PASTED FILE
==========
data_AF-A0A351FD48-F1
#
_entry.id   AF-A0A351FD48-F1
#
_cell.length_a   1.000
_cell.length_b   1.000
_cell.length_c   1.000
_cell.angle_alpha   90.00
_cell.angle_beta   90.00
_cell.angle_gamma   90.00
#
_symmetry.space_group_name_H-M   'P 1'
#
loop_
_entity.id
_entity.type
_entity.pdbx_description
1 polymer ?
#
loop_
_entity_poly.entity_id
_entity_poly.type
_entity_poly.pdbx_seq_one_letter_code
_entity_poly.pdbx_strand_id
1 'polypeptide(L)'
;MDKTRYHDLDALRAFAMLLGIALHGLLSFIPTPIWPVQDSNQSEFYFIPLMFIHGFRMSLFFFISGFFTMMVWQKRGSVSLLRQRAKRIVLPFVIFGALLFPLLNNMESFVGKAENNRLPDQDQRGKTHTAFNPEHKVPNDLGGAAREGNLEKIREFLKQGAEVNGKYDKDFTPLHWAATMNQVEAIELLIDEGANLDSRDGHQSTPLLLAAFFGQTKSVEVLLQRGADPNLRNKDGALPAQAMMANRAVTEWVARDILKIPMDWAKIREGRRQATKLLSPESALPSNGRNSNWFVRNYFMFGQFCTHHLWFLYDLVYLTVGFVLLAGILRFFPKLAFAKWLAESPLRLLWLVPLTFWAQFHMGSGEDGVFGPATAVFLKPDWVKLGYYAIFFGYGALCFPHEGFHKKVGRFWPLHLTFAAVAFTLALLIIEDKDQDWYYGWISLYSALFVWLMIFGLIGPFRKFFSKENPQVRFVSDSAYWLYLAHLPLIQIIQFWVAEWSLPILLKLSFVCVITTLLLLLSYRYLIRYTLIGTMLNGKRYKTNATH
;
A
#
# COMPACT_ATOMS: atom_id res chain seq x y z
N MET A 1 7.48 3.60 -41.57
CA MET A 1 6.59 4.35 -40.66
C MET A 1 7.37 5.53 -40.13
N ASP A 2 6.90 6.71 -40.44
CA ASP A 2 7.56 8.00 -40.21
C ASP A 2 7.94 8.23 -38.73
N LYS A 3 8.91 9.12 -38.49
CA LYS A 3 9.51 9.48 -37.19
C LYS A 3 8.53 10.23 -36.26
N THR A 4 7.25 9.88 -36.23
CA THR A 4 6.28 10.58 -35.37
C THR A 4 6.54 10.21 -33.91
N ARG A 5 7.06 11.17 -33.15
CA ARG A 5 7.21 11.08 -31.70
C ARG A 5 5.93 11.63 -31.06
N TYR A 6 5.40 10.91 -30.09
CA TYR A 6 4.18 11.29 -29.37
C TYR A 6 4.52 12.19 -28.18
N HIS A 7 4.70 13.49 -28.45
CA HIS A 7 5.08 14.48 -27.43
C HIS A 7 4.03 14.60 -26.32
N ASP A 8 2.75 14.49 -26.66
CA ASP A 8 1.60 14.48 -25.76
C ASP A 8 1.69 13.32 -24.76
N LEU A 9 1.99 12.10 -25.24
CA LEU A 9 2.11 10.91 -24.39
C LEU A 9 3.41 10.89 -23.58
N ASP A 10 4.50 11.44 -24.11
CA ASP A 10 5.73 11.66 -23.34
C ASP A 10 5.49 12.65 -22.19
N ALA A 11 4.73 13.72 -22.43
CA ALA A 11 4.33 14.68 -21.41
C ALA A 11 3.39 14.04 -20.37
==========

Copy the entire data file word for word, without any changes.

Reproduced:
data_AF-A0A351FD48-F1
#
_entry.id   AF-A0A351FD48-F1
#
_cell.length_a   1.000
_cell.length_b   1.000
_cell.length_c   1.000
_cell.angle_alpha   90.00
_cell.angle_beta   90.00
_cell.angle_gamma   90.00
#
_symmetry.space_group_name_H-M   'P 1'
#
loop_
_entity.id
_entity.type
_entity.pdbx_description
1 polymer ?
#
loop_
_entity_poly.entity_id
_entity_poly.type
_entity_poly.pdbx_seq_one_letter_code
_entity_poly.pdbx_strand_id
1 'polypeptide(L)'
;MDKTRYHDLDALRAFAMLLGIALHGLLSFIPTPIWPVQDSNQSEFYFIPLMFIHGFRMSLFFFISGFFTMMVWQKRGSVSLLRQRAKRIVLPFVIFGALLFPLLNNMESFVGKAENNRLPDQDQRGKTHTAFNPEHKVPNDLGGAAREGNLEKIREFLKQGAEVNGKYDKDFTPLHWAATMNQVEAIELLIDEGANLDSRDGHQSTPLLLAAFFGQTKSVEVLLQRGADPNLRNKDGALPAQAMMANRAVTEWVARDILKIPMDWAKIREGRRQATKLLSPESALPSNGRNSNWFVRNYFMFGQFCTHHLWFLYDLVYLTVGFVLLAGILRFFPKLAFAKWLAESPLRLLWLVPLTFWAQFHMGSGEDGVFGPATAVFLKPDWVKLGYYAIFFGYGALCFPHEGFHKKVGRFWPLHLTFAAVAFTLALLIIEDKDQDWYYGWISLYSALFVWLMIFGLIGPFRKFFSKENPQVRFVSDSAYWLYLAHLPLIQIIQFWVAEWSLPILLKLSFVCVITTLLLLLSYRYLIRYTLIGTMLNGKRYKTNATH
;
A
#
# COMPACT_ATOMS: atom_id res chain seq x y z
N MET A 1 7.48 3.60 -41.57
CA MET A 1 6.59 4.35 -40.66
C MET A 1 7.37 5.53 -40.13
N ASP A 2 6.90 6.71 -40.44
CA ASP A 2 7.56 8.00 -40.21
C ASP A 2 7.94 8.23 -38.73
N LYS A 3 8.91 9.12 -38.49
CA LYS A 3 9.51 9.48 -37.19
C LYS A 3 8.53 10.23 -36.26
N THR A 4 7.25 9.88 -36.23
CA THR A 4 6.28 10.58 -35.37
C THR A 4 6.54 10.21 -33.91
N ARG A 5 7.06 11.17 -33.15
CA ARG A 5 7.21 11.08 -31.70
C ARG A 5 5.93 11.63 -31.06
N TYR A 6 5.40 10.91 -30.09
CA TYR A 6 4.18 11.29 -29.37
C TYR A 6 4.52 12.19 -28.18
N HIS A 7 4.70 13.49 -28.45
CA HIS A 7 5.08 14.48 -27.43
C HIS A 7 4.03 14.60 -26.32
N ASP A 8 2.75 14.49 -26.66
CA ASP A 8 1.60 14.48 -25.76
C ASP A 8 1.69 13.32 -24.76
N LEU A 9 1.99 12.10 -25.24
CA LEU A 9 2.11 10.91 -24.39
C LEU A 9 3.41 10.89 -23.58
N ASP A 10 4.50 11.44 -24.11
CA ASP A 10 5.73 11.66 -23.34
C ASP A 10 5.49 12.65 -22.19
N ALA A 11 4.73 13.72 -22.43
CA ALA A 11 4.33 14.68 -21.41
C ALA A 11 3.39 14.04 -20.37